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Tam McTavish | 10.11.2018

Petzl Altitude specs

  • Weight: 150 g
  • Gear loops: Four (but carrying capacity of one)
  • Leg loops: Fast-ex clips
  • Material: Nylon and Dyneema 

Where to get it

The Bottom Line: The Petzl Altitude is an ultralight harness for ski mountaineering that works great scrambling and mountaineering as well. If you want minimal packing size and weight this is the number one choice. 

Summer mountaineering with the Altitude. Photo by Tam McTavish.

This harness was used for an aborted four-day ski traverse in the Canadian Rockies and ski mountaineering trips bagging peaks. It has also been used frequently while mountaineering as well as on a few scrambles. The Petzl Altitude is a great tool for mountaineers looking to shave weight. It is definitely not a climbing harness, but it is supremely good at what it's designed for.

In terms of comfort, the Altitude is hardly noticeable. Even with lightweight hiking trousers, I've never found it to be uncomfortable. Movement is not inhibited, and walking for 20 kilometers has been perfectly comfortable. Honestly, I mostly forget it's there.

The Fast-Ex buckles make putting it on with skis a breeze. Everything can be done with mid-weight gloves, which is a nice touch. It's so easy that you can put it on even at awkward ledges when you are scrambling and suddenly you decide it might be nice to have a harness on after all. I've done this when scrambling with less experienced partners or on routes where it saves time to rappel rather than down climb. Having something so lightweight and easy to put on is comforting, and it helps offset the added weight of the rope. 

The comfort changes when you add weight to it. Compared to the old orange ACMG-strings (Black Diamond Couloir), the Altitude is very comfortable. Compared to a climbing harness, it's not very nice. It's fine for maybe an hour, but you really wouldn't want to use it for hanging belays, nor should you.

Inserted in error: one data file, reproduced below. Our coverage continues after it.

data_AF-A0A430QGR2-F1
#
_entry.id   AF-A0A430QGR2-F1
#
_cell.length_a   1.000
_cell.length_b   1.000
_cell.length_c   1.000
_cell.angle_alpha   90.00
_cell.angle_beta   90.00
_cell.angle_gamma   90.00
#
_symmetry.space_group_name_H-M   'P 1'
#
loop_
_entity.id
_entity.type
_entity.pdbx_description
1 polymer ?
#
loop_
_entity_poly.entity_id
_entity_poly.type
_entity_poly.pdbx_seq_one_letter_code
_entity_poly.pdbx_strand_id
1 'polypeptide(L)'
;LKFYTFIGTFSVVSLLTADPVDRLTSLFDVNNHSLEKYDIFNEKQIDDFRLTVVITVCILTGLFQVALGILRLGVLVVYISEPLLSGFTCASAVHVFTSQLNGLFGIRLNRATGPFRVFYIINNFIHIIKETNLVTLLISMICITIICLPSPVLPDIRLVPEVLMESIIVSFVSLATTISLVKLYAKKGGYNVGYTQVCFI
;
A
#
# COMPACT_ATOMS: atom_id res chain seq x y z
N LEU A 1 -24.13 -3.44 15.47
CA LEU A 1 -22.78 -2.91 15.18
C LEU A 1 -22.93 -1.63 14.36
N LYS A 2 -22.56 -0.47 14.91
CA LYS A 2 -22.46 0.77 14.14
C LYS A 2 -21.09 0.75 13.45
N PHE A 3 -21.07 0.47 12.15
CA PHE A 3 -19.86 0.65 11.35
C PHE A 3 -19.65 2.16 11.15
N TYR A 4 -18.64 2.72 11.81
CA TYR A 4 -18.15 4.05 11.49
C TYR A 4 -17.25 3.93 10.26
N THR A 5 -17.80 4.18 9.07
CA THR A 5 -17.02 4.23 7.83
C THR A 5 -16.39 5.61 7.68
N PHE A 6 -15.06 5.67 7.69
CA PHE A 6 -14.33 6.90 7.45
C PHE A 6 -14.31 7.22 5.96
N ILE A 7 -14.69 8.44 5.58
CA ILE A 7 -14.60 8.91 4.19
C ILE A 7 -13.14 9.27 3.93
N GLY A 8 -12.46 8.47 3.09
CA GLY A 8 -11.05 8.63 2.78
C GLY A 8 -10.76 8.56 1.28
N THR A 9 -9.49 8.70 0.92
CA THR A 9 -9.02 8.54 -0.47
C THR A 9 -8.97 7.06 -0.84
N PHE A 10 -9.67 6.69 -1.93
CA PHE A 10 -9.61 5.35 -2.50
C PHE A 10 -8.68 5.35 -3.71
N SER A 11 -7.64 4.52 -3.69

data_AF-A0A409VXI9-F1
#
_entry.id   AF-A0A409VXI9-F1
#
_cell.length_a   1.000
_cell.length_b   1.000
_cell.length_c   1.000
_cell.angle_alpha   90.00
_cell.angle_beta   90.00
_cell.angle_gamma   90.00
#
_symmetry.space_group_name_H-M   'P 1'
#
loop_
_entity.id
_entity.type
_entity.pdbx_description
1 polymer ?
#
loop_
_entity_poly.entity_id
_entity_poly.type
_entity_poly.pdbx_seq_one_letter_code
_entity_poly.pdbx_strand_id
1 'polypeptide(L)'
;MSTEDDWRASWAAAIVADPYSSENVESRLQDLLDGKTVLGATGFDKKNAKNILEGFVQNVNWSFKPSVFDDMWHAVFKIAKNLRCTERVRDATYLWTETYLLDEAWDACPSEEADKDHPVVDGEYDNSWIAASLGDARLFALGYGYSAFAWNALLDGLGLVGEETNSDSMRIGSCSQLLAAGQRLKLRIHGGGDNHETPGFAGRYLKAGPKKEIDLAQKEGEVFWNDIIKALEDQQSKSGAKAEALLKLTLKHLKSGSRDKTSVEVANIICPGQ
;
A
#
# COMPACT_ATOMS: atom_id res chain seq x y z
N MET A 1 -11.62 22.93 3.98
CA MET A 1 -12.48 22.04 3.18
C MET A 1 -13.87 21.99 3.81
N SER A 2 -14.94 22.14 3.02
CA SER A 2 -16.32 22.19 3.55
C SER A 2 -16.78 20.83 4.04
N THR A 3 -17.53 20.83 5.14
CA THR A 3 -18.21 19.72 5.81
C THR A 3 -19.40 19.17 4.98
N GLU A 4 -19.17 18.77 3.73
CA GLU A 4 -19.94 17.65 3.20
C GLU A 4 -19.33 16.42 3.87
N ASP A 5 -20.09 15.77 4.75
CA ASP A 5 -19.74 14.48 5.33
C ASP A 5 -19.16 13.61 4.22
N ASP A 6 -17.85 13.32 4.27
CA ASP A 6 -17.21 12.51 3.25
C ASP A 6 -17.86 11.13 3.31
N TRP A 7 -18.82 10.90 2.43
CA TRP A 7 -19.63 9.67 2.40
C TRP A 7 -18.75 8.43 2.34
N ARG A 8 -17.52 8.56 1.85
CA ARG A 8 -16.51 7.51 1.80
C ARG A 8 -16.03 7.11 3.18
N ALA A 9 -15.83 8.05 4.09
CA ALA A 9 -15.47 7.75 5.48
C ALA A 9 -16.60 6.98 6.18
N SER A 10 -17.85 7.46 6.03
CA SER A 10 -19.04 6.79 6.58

The gear loops are pretty rubbish. They are thin material, and hook nosed carabiners are always snagging. They also hang vertically, not horizontally, making things even more awkward. You do not want to be carrying your trad rack on this. But a lightweight crevasse rescue kit is fine. I normally keep the whole kit together in the bag it came with. The saving grace are the clever elastic loops for an ice screw. These hold an ice screw tight against your thigh so it doesn't clang with every step. If you use an aluminum ice screw like I do, this also means a lot of valuable protection. 

I really like my Altitude. I've climbed many peaks with it, and it is so small and lightweight that it adds to the comfort on many trips. I like having such a simple and convenient package. 

Note: DO NOT LEAD CLIMB IN THIS HARNESS! I have stopped several people from hopping on lead with this style of harness. If you take a lead fall, the plastic leg clips will likely snap, and you will flip upside down. These are designed for low impact falls on snow, not for rock climbing.


The title of this post needs to be changed. This is not a climbing harness, it is a ski mountaineering harness. Using it for lead climbing could result in serious injury.
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